What Happens If You Die Without A Will
If you do not make a will or use some other legal method to transfer your
property when you die, state law will determine what happens to your property.
This process is called "intestate succession." Your property will be
distributed to your relatives according to a statutory formula.
In the state of Georgia, the rules of inheritance if you die without a will are
A. If you are married without children, your spouse will inherit your entire
B. If you are married with children, your spouse and children will share
equally your estate with the spouse entitled to no less than one-third of your
estate. So, if you have one child with your spouse, they each will receive
fifty percent (50%) of your estate. If you have four children and a spouse,
your spouse will receive one-third (1/3rd) of your estate and the four children
will share equally the remaining two-thirds (2/3rd).
C. If you are not married but have children, the children will inherit your
estate, shared equally between them. Please note that if a child of yours is
deceased but has living children, those living children will inherit your
deceased child's share. This is called distribution "per stirpes".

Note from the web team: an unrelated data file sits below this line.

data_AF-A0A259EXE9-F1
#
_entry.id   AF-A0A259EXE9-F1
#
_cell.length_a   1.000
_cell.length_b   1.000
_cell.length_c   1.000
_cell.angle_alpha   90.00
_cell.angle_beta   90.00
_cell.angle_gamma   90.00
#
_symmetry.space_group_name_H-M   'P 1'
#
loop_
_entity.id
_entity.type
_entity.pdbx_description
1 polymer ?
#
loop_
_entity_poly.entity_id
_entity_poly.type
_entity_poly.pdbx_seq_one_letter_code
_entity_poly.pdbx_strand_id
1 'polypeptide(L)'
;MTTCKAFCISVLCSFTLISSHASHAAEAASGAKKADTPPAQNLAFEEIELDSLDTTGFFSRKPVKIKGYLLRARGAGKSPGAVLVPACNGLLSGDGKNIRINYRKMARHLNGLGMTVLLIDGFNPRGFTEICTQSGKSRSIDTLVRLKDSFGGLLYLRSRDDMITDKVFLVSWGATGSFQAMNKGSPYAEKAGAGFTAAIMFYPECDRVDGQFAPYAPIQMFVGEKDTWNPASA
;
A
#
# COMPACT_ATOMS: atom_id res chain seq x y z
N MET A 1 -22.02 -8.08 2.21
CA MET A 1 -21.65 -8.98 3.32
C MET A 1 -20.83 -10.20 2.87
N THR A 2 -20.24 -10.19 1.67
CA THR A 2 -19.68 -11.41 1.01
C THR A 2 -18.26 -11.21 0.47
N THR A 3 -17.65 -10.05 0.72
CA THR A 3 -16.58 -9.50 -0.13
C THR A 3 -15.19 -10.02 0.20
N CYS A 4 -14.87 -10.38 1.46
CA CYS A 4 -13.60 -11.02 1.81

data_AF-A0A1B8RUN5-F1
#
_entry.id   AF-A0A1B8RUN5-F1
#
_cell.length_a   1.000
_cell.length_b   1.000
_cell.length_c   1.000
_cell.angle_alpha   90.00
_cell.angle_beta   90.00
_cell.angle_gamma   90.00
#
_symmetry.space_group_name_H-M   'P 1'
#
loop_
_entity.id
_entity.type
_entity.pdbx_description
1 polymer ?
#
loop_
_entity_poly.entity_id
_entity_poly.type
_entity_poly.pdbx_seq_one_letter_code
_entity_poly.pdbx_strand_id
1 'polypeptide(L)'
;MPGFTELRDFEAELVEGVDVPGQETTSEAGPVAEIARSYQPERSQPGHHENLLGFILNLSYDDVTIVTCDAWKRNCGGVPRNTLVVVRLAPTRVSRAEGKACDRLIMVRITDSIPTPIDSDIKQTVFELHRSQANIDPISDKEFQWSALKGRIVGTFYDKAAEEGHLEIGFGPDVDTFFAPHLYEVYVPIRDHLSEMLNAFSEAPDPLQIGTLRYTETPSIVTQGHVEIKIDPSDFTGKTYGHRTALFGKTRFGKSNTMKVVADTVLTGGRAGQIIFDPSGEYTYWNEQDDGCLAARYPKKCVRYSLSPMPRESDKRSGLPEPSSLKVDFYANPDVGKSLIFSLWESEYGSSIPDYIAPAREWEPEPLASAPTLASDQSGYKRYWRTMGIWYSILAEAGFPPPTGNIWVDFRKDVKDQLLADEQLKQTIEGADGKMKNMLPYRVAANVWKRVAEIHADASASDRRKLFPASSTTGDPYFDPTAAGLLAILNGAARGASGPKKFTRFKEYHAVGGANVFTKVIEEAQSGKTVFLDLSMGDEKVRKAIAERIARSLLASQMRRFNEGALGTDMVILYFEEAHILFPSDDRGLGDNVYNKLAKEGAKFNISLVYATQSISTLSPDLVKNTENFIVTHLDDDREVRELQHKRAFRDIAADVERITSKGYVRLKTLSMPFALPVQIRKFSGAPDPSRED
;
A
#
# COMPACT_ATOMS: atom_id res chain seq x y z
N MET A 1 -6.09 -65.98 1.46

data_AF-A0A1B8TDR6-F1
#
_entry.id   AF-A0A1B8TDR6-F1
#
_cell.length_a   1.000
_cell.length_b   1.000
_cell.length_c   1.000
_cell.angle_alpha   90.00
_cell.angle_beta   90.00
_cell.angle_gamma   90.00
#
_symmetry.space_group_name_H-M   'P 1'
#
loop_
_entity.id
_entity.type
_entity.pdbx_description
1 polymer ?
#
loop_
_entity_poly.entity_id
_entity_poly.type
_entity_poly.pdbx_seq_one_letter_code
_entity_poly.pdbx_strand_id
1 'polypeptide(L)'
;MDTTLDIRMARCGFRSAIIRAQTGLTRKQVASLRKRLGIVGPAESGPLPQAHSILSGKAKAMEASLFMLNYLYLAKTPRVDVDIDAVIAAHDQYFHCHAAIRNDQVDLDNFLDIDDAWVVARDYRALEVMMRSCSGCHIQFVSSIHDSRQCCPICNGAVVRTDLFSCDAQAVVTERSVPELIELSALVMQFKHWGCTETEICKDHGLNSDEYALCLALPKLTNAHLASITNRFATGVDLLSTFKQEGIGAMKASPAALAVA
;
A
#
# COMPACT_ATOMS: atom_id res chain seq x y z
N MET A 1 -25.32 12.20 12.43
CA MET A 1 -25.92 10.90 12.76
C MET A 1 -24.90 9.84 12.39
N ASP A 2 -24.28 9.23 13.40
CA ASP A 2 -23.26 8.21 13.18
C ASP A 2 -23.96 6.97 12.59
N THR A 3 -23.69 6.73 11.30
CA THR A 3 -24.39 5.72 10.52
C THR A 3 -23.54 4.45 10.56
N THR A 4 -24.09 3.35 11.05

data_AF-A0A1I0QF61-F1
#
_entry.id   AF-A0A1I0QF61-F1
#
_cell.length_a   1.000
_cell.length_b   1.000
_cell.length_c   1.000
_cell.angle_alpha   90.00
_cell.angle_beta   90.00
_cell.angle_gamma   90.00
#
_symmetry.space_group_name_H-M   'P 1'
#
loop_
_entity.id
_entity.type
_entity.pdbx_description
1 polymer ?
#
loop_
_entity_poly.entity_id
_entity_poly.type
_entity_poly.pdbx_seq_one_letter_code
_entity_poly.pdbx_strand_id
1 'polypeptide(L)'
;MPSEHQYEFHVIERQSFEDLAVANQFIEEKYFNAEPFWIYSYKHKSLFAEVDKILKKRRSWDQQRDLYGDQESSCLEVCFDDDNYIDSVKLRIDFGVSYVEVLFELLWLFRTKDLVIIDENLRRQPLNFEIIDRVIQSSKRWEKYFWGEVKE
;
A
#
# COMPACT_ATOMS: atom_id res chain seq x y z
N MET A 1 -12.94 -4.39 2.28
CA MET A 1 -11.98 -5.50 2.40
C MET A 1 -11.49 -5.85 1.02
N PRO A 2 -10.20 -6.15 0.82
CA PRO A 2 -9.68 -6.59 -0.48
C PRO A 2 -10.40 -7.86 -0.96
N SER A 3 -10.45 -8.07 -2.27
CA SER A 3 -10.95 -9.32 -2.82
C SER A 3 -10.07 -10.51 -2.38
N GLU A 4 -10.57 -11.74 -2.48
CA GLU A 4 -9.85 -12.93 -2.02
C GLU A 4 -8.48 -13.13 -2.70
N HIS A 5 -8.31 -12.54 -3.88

D. If you do not have a spouse and do not have children, then your parents will
E. If you do not have a spouse and do not have children and your parents are
deceased, then your siblings will share equally your estate, per stirpes.
F. Assuming the facts in E above, but you have no siblings, then your
grandparents will share your estate equally.
G. If your grandparents are deceased, then your uncles and aunts will be
entitled to your estate.
H. If no relatives can be found to inherit your property, it will go into your
This may or may not be how you would like your estate to be distributed after
your death. Furthermore, each state has specific rules of inheritance set forth
by statute. This is the scheme in Georgia, but it may be dramatically different
in another state. There are several other factors that you should know
regarding intestate succession. For example, in Georgia a child born out of
wedlock may inherit in the same manner as though legitimate from the child's
mother. However, that same child is not entitled to inherit from the father
unless certain steps are taken. Please see O.C.G.A. §53-2-3 for further
details. Children conceived by artificial insemination are presumed to be
legitimate and therefore, entitled to inherit under the laws of intestacy.
If your spouse dies without a will, and then you die within six months of that
time without a will, the property from your spouse that you would have received
goes to your spouse's heirs, not yours, even though you outlived your spouse.
These are only a few examples of what can happen without a will. To prevent
unintentional distribution of property to heirs you would not have selected,
you need a will!